“If your brother or sister sins against you, rebuke them; and if they repent, forgive them.”
-Luke 17:3b, NIV
Confusion is great dealing with a cheater.
Sadly, pastors and other Christian leaders too often do not help faithful spouses through this confusion. They add to it in an attempt to look impartial and “professional.”
These are the types who take in the confession of cheating–whether emotional, physical, or both–then rely upon the old saw: “It Takes Two To Tango.”
Faithful spouses, you are NOT responsible in the least for the sin committed against you by your cheating partner!
Some commonsense boundaries are called for doing this time of confusion. Sadly, that commonsense is often not so common among Christian leaders.
#1 Healthy boundary: Ending of the affair as precondition for ongoing pastoral marital care.
Why waste your time, pastor, or that of the faithful spouse if the other partner really cares so little about godliness and the well-being of his/her partner that they will selfishly choose to continue cheating while pretending to work on the marriage?!
Another important part of this is to have serious verification that the affair is over. Cheaters lie. It would be foolish to believe a proven liar’s word without verification.
#2 Healthy Boundary: Ending of the “friendship” with the affair partner.
This has nothing to do with the faithful spouse refusing to allow his or her partner to have friends. The boundary is about removing the “drug of choice” from the addict’s access–i.e. the cheater’s.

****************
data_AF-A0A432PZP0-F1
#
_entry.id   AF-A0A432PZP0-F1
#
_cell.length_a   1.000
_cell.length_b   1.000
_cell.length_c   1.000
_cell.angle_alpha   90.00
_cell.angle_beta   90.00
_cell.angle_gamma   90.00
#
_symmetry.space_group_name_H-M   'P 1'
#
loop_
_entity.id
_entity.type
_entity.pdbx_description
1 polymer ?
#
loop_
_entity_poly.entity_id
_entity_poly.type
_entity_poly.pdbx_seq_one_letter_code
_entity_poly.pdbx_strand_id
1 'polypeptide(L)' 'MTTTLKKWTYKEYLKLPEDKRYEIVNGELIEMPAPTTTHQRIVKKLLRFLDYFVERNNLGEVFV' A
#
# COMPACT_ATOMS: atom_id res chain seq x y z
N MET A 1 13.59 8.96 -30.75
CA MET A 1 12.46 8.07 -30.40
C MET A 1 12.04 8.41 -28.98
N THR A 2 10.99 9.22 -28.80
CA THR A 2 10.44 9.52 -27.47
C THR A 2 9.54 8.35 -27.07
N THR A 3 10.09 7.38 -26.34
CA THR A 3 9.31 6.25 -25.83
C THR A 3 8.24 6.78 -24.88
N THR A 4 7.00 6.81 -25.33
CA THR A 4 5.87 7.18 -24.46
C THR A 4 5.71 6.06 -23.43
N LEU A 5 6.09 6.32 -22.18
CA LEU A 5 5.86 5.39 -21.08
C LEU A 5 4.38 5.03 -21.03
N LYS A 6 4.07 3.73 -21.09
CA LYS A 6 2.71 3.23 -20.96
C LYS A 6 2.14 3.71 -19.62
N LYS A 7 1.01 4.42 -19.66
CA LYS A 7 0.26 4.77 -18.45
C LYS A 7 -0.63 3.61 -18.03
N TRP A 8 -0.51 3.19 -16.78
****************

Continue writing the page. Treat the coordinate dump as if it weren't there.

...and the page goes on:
Also, this boundary is a compassionate and empathetic nod towards the faithful spouse who is understandably troubled and hurt by the “former” affair partner still being in the cheating spouse’s life.
#3 Healthy Boundary: The faithful spouse is just as entitled to his or her own safe space as a cheater. This space ought not to be invaded without proper permission from the respective spouse to which it belongs.
Adultery is soul rape. It is downright traumatic. Let’s recognize this and treat the faithful spouse with some gentleness and compassion.
Understand how disorienting and threatening it is to realize your spouse has been inviting–unbeknownst to you at the time–a third party or two into your sacred space–i.e. your marriage (and sometimes marital home). It is like being sucker-punched.
So, I recommend encouraging respect for the faithful spouse’s space. In particular, I am saying this is true for male faithful spouses as I know this has been a problem in the past for men.
Counselors/pastors often fail to see violating a faithful spouse’s space as long as the one violating the space is the wife. That is not okay.
Respect this boundary regardless of whether or not the faithful spouse is a man or woman.
I am sure I am missing other healthy boundaries. But this is a start. Sadly, such basic things need to be said.